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How to cope with an empty nest | University guide for parents

How to cope with an empty nest | University guide for parents

by Judith Charlton

Let’s be honest - it’s tough being a parent when your child leaves home to go to university.

You want them to become the wonderful, confident and independent person you know they can be, but it’s hard to see them go.

You want them to be safe and well, making friends and having amazing experiences, but you’re worried about how they’ll cope in a new and different environment.

So, how do you cope when your child goes to university? And what can you do to prepare yourself, and them, for this new chapter in your lives?



  1. What is 'empty nest syndrome'?

  2. Dealing with an empty nest at university

  3. Be prepared

  4. Stay connected

  5. Things to remember

  6. Find out more


What is 'empty nest syndrome'?

It’s ironic that parents spend so much of their time carefully nurturing the skills and self-confidence in their children so they can let them go. And then when they do leave, those same parents are floored by how successful they’ve been.

They’ve become victims of 'empty nest syndrome': a feeling of loss and loneliness when your child leaves home and you realise your role in their lives has somehow shifted.

'Empty nest syndrome' doesn’t discriminate and can strike anyone – mums, dads, parents with only one child and those with children still living at home. You may start out determined to be unaffected, only to find that somehow, it’s snuck up on you.

And you can end up feeling horribly conflicted – happy and proud that your child is growing and discovering their own path in life; lonely and lost, and wanting them back home where they ‘belong’. It can also leave you questioning what you do next.

It doesn’t help that coping with an empty nest at university is exacerbated by very natural anxieties about how your child is settling in, whether they’re coping, are safe, enjoying themselves and doing well in their studies. But realising what’s happening and accepting it are two very different things.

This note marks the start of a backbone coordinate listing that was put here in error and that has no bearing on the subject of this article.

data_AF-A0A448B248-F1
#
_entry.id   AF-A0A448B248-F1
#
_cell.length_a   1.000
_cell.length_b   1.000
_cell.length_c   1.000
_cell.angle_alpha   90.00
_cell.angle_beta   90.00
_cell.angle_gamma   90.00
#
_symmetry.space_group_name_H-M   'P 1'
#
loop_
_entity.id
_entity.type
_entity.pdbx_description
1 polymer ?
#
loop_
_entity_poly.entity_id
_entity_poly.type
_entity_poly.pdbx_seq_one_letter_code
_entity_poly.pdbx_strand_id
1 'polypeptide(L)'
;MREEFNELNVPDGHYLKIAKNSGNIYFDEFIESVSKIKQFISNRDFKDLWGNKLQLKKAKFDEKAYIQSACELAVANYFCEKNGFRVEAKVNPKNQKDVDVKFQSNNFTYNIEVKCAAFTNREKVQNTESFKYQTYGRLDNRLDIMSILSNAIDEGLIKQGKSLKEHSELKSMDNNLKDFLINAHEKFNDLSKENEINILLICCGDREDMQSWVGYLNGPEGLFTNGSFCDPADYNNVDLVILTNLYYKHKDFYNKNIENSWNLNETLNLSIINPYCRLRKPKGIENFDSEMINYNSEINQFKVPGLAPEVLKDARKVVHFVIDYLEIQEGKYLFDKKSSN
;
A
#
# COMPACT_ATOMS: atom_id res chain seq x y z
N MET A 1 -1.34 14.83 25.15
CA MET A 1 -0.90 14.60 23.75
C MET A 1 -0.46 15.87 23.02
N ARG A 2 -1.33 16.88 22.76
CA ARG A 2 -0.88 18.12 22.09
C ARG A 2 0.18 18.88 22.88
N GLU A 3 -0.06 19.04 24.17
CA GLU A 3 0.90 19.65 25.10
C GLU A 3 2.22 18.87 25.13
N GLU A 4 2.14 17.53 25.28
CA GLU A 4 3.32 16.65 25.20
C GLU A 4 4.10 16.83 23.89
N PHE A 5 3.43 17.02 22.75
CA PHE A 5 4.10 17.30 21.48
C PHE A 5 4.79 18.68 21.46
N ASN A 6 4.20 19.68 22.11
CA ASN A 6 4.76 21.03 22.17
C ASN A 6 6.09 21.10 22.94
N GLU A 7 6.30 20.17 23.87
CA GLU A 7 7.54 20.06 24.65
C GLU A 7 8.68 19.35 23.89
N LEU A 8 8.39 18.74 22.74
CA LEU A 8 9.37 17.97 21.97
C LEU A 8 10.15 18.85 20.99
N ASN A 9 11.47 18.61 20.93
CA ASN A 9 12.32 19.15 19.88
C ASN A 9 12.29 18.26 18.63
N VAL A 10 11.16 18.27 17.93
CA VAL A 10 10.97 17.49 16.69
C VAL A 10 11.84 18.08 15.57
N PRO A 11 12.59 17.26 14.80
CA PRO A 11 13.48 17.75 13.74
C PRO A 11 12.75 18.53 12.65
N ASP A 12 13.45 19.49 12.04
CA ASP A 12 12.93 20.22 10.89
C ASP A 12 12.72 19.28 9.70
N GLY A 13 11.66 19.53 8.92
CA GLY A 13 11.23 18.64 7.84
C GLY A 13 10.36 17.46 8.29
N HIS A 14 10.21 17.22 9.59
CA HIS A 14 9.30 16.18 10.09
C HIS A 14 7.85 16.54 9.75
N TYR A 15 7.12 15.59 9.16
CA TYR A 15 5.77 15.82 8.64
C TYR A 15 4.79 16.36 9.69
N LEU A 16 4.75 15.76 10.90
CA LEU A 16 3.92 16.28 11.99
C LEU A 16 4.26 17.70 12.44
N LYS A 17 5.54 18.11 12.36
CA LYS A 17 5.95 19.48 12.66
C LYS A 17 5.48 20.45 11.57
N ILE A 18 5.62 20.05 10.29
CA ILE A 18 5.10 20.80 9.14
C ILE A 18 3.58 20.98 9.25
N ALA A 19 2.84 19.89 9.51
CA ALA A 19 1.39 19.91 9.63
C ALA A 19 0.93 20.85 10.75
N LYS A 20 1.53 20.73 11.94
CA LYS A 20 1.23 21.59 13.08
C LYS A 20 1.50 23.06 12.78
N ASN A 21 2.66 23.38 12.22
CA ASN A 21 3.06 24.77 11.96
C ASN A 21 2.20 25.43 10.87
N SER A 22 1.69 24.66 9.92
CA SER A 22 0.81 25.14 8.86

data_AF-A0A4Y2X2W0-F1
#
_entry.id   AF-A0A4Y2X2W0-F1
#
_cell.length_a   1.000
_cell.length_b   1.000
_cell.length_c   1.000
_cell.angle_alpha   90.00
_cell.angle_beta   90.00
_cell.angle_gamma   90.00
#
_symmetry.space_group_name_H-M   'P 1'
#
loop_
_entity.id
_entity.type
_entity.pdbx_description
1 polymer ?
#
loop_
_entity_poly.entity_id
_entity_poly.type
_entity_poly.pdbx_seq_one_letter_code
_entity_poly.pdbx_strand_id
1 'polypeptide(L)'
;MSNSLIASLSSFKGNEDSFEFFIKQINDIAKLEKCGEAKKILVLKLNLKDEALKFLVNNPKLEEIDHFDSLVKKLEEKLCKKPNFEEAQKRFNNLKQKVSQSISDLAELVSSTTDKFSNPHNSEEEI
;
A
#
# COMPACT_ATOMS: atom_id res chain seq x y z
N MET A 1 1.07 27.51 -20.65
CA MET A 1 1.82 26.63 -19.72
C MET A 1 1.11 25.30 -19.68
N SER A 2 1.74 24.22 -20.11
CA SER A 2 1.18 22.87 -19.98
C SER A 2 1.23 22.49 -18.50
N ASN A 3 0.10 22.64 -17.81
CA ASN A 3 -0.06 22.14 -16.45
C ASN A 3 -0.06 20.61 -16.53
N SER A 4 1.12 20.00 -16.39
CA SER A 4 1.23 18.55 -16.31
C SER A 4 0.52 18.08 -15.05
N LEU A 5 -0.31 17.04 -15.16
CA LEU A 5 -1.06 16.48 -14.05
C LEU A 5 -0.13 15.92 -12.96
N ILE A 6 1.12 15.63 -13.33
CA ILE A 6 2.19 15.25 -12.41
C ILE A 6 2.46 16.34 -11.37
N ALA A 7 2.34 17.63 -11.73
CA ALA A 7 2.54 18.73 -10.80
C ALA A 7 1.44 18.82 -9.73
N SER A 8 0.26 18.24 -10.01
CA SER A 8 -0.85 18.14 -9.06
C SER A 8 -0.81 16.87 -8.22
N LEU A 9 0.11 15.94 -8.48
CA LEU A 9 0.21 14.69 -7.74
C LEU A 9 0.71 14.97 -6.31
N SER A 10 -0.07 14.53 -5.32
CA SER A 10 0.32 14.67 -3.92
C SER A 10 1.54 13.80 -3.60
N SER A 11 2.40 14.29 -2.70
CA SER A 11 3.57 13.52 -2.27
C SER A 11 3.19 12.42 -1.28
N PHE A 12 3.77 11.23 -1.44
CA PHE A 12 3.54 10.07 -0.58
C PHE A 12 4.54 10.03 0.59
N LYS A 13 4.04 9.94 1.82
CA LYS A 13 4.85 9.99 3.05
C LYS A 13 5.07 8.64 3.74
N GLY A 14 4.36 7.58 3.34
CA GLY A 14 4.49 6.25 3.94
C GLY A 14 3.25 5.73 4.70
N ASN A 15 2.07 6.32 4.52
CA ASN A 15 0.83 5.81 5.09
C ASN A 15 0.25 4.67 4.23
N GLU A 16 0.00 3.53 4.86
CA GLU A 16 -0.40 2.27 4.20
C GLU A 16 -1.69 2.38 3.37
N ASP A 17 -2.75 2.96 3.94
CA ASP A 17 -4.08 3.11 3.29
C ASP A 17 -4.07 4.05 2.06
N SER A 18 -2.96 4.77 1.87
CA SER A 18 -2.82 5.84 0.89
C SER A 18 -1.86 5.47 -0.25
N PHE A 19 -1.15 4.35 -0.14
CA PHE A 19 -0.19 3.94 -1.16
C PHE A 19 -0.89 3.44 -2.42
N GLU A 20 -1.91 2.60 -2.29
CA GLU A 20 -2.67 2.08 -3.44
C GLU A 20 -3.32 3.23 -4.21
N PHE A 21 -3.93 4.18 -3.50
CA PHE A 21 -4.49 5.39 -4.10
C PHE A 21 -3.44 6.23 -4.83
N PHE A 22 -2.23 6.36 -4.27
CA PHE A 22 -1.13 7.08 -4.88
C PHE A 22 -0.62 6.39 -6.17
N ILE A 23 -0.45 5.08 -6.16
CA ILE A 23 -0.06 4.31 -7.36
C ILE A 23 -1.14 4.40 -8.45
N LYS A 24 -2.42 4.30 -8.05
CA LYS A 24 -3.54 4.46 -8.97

Dealing with an empty nest at university

It’s inevitable that you’re going to miss your child once they leave for university, so try to stay positive, both while they’re still at home and when they’ve gone.

  • Be proud of their success – they’ve worked hard to get the grades they need to go to university
  • Be excited for them – they’re taking the first steps in building their future
  • Be involved in their hopes and dreams – seeing them realise their ambitions will leave you confident they’re following the right path




Be prepared

In the run-up to your child leaving for university, there’s lots to do – from shopping for student essentials to packing for the big move. But if you want to sleep easier at night once they’ve left, there are a couple of things you could add to your ‘to-do’ list.

Teach them how to cook. Your child doesn’t need to be a master chef, but knowing they can make simple, satisfying meals will be one less worry for you. Send them off to university with a culinary repertoire of basic, nutritious recipes, and you’ll feel more confident and happier about their ability to look after themselves.

Take them food shopping. A few tips on savvy shopping to make their student budget go further will also put your mind at rest about how they’ll manage their money. If you’re worried about how they’ll make ends meet – and how you might have to help them financially – discuss how they can budget.